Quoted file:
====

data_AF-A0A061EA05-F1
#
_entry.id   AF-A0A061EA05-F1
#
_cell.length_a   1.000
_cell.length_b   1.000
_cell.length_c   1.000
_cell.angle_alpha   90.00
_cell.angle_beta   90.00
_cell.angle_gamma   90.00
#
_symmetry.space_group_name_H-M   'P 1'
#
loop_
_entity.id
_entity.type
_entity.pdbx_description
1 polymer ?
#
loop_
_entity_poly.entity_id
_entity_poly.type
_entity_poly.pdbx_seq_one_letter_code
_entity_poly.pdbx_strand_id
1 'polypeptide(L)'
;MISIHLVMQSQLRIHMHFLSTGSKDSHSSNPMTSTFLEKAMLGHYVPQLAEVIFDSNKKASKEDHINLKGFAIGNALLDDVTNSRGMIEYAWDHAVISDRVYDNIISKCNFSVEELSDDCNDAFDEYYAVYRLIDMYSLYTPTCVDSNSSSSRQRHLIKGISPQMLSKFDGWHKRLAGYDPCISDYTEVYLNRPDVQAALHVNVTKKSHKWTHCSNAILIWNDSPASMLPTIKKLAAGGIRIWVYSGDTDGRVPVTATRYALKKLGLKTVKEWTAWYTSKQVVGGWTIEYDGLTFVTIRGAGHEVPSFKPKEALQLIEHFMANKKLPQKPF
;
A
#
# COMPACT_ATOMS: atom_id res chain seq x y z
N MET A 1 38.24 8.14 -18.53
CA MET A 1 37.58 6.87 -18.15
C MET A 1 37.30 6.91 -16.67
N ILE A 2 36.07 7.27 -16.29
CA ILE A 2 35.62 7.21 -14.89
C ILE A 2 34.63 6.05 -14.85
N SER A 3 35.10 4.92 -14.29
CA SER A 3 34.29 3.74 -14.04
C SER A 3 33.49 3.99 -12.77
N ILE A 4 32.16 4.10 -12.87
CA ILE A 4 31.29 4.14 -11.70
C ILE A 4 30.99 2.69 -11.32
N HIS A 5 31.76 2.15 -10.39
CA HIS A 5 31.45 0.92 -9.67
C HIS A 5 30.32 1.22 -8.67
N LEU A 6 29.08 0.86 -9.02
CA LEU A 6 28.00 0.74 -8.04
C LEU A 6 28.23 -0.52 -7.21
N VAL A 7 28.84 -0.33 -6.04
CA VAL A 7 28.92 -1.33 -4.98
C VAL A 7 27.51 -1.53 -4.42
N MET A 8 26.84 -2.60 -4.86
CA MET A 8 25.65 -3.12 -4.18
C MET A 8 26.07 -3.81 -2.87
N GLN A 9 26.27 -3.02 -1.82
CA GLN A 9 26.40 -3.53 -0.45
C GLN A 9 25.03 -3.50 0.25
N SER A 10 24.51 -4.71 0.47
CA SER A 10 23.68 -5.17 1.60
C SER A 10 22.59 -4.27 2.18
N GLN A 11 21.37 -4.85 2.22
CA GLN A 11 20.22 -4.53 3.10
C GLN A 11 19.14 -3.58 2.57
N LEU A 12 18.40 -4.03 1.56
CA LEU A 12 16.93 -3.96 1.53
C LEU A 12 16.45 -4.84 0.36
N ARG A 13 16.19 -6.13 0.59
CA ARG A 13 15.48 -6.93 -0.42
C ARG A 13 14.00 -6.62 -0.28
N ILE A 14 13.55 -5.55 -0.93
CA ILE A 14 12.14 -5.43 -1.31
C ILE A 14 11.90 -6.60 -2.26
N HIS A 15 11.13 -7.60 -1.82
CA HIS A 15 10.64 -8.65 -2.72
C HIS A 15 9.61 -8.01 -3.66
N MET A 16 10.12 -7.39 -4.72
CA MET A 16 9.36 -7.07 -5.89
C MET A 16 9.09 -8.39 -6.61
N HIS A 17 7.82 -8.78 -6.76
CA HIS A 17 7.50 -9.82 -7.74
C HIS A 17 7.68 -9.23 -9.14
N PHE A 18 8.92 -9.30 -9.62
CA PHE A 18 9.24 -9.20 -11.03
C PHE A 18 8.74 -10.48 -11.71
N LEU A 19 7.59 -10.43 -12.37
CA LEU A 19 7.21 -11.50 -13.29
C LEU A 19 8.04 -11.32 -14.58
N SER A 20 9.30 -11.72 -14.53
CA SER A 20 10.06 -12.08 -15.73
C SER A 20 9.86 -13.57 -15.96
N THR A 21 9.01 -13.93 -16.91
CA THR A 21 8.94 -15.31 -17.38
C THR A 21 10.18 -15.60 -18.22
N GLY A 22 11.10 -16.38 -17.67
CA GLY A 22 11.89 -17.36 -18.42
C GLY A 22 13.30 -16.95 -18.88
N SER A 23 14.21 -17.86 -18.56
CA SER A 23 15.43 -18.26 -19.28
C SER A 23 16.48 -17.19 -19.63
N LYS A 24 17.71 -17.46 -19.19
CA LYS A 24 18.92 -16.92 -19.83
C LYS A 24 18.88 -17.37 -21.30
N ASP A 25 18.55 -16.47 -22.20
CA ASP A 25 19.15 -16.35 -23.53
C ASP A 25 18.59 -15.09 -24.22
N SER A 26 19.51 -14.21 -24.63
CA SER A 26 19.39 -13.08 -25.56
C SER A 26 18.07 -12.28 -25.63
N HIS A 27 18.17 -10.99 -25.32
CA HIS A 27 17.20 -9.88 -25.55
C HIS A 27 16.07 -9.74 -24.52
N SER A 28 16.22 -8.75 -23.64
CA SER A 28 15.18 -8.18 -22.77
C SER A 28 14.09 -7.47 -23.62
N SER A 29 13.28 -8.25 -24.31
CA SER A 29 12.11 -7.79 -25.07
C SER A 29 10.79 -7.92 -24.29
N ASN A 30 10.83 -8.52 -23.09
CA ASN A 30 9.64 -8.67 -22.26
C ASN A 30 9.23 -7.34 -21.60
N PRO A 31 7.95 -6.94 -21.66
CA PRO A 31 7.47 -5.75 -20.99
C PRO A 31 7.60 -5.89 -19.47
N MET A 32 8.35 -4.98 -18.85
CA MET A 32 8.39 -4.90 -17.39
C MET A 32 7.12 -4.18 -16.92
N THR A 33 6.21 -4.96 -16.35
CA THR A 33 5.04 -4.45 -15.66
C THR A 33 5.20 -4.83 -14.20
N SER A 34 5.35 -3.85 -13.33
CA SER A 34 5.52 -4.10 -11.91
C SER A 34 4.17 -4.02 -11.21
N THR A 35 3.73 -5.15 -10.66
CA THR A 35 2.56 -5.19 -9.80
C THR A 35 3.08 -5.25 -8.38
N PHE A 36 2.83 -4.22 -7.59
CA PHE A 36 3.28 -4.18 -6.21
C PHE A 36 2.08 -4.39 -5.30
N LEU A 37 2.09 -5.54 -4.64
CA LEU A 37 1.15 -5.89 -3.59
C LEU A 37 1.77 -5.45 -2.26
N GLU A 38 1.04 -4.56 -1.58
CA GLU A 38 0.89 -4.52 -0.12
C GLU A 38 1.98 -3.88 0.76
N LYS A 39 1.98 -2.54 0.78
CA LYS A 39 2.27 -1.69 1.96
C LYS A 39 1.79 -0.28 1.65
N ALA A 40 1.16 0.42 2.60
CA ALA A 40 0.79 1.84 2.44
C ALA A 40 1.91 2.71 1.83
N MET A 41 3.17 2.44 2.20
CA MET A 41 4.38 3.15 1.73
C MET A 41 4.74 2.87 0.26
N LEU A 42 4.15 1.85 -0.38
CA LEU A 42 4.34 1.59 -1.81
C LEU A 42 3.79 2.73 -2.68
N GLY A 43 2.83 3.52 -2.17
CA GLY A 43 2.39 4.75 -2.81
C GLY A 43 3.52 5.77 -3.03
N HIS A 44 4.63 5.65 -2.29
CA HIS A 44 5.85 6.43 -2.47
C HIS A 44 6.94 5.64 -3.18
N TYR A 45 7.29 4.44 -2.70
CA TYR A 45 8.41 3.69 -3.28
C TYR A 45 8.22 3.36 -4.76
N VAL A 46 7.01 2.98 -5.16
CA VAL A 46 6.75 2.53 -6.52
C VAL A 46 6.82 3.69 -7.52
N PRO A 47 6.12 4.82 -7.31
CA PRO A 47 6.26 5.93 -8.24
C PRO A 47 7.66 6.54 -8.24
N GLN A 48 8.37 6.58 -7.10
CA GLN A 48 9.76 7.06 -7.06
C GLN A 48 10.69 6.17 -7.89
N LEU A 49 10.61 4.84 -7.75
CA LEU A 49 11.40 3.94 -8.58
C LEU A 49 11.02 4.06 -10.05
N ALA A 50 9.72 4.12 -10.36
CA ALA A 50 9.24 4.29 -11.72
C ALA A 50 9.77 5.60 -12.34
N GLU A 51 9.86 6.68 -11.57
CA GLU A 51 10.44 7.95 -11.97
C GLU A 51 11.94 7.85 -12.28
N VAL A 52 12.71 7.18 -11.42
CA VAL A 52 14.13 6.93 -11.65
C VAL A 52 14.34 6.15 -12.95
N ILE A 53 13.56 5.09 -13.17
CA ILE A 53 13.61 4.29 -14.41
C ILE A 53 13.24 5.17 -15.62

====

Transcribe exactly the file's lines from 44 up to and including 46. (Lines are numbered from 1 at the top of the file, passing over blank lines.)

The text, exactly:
CA HIS A 5 31.45 0.92 -9.67
C HIS A 5 30.32 1.22 -8.67
N LEU A 6 29.08 0.86 -9.02